THE BBC must end the threat of prosecuting over 75s for not paying their licence fee for good, a cross-party group of 28 peers told the corporation’s boss.
BBC bigwig Tim Davie must resolve the TV licence issue which has caused unacceptable stress to Britain’s eldest citizensCredit: PA:Press Association
The letter said: “There is no moral justification for sending waves of threatening letters to people like 96 year old Frank Ashleigh who served this country by landing a glider behind enemy lines in Arnhem in 1944.
“The BBC has many friends who want it to survive but the treatment of the over 75s is undermining that goodwill.”
The peers insisted much more needs to be done in order to mitigate the stress to the elderly, including a pledge to never prosecute any over 75s for a licence fee.
And they rejected any ideas of means testing.
They added: “It is for you to work with DCMS (Department for Culture, Media and Sport) to resolve your long-term funding but the current situation which is creating so much stress among our oldest citizens is unacceptable.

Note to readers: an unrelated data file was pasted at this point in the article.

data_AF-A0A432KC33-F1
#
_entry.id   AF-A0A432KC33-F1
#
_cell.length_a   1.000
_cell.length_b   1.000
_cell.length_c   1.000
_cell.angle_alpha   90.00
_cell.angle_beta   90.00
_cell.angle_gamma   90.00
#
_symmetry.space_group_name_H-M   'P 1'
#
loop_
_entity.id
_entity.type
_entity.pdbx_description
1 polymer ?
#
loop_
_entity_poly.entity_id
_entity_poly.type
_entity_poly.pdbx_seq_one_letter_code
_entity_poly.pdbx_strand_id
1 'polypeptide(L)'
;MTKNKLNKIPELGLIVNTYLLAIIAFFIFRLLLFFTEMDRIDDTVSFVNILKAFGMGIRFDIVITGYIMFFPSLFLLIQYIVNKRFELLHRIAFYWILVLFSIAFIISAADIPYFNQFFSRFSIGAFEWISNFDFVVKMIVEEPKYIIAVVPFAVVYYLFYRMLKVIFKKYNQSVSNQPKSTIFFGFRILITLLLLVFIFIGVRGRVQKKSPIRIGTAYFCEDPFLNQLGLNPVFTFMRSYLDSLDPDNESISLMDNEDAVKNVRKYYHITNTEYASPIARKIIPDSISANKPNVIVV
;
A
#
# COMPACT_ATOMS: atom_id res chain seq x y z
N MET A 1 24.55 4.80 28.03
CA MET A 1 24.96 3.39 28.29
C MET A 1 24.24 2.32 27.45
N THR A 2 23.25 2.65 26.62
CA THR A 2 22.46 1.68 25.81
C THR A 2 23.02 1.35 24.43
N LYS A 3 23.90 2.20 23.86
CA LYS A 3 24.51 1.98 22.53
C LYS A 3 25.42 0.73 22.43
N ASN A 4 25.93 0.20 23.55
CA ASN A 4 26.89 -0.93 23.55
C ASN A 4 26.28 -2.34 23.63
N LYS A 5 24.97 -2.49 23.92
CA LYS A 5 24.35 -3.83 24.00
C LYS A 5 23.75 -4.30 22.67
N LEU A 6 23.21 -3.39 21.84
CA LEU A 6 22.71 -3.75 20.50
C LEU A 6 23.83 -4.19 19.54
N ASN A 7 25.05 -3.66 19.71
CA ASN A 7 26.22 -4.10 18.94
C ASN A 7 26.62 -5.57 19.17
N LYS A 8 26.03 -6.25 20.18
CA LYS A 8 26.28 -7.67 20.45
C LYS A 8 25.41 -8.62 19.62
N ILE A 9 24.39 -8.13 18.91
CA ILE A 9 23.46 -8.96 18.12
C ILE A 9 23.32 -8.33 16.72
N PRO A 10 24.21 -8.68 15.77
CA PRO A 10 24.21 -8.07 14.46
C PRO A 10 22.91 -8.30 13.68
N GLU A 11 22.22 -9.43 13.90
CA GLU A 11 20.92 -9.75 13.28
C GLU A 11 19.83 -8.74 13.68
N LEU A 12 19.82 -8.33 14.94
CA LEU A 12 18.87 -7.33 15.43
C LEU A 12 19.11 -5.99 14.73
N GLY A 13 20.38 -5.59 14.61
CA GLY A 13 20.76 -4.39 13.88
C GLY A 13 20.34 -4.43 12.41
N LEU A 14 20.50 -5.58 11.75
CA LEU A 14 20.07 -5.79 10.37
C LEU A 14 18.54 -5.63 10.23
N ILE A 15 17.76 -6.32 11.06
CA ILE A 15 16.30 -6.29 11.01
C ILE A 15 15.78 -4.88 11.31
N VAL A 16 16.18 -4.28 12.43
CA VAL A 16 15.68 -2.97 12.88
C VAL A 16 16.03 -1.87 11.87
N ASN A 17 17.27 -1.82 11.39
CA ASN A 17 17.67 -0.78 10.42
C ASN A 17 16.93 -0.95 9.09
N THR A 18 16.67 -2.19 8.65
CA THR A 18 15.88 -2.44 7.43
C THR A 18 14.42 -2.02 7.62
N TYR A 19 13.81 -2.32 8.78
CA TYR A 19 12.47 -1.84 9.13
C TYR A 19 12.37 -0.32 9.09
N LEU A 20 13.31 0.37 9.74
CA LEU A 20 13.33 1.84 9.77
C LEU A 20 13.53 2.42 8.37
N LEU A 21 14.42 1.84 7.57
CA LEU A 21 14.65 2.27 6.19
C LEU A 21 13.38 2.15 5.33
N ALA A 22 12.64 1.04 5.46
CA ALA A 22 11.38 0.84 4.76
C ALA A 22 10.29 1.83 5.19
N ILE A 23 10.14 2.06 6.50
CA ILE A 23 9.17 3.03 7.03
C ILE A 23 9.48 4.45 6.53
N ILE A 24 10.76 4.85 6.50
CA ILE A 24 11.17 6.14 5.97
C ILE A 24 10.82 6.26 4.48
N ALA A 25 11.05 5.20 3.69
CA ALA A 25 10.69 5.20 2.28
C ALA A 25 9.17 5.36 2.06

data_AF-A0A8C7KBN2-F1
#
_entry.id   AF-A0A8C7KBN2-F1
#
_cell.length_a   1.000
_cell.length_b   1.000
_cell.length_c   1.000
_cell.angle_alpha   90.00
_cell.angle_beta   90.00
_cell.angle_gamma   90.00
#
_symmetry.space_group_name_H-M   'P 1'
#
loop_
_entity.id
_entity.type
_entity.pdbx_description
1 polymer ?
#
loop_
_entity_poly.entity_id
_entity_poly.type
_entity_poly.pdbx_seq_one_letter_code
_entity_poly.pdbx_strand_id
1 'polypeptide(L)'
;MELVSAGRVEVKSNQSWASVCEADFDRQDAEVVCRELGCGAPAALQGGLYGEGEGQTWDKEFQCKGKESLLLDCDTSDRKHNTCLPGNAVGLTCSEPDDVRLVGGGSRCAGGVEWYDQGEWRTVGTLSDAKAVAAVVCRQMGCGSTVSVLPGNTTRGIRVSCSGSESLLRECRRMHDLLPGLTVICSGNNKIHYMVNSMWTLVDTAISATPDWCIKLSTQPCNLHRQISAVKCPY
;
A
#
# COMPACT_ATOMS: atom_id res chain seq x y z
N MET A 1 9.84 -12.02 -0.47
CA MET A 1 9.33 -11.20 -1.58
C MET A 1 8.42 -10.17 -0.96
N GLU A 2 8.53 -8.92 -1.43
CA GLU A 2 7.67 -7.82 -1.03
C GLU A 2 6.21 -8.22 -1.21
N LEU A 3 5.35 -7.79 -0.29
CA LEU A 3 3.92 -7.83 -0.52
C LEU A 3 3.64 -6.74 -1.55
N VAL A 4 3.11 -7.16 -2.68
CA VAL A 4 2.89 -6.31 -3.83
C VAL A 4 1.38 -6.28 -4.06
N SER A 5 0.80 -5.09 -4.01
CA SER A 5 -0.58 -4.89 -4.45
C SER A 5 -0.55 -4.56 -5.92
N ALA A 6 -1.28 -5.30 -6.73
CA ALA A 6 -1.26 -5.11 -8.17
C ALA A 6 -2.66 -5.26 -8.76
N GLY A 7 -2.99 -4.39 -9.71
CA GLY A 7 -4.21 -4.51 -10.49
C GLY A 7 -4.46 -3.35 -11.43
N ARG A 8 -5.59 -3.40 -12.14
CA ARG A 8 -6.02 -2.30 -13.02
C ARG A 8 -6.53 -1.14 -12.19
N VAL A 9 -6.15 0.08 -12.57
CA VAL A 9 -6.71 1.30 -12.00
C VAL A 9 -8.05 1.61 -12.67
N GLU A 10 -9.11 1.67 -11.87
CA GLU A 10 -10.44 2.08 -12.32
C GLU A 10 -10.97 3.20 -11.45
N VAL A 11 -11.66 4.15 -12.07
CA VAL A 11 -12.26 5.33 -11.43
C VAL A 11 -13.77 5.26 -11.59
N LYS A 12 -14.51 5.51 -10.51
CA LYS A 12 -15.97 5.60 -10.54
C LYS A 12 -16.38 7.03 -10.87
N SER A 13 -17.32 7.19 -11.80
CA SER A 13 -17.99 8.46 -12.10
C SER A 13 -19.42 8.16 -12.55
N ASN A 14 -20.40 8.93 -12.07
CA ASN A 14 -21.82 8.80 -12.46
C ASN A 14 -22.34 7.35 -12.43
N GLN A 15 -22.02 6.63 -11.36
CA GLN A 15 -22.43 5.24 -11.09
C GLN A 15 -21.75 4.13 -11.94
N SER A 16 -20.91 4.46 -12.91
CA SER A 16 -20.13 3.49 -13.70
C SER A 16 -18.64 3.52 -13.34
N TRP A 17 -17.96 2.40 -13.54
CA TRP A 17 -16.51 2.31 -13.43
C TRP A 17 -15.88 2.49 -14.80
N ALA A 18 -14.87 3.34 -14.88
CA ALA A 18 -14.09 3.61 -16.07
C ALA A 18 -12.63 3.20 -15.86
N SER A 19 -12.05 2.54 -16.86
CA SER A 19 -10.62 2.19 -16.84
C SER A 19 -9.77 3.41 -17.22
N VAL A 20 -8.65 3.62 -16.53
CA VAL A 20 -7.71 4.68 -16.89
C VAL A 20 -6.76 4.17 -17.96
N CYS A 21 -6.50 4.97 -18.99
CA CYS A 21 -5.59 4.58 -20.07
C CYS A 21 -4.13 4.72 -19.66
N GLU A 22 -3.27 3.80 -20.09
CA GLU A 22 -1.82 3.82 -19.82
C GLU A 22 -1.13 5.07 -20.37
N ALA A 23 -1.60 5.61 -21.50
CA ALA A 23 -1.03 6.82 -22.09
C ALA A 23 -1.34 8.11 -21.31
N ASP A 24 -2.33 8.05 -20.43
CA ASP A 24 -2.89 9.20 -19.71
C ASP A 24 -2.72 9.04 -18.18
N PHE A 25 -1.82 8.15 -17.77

“Means testing is no answer for the extremely frail as it creates bureaucracy they cannot cope with.
Culture minister John Whittingdale faces MPs questions over the Government’s approach to the TV licence feeCredit: Getty Images – Getty
World War Two veteran Frank Ashleigh, 96, received intimidating letters from TV LicensingCredit: Dick Goodwin
“This problem was not created by you but it rests with you to help solve it.”
But it failed to say how long it will last.
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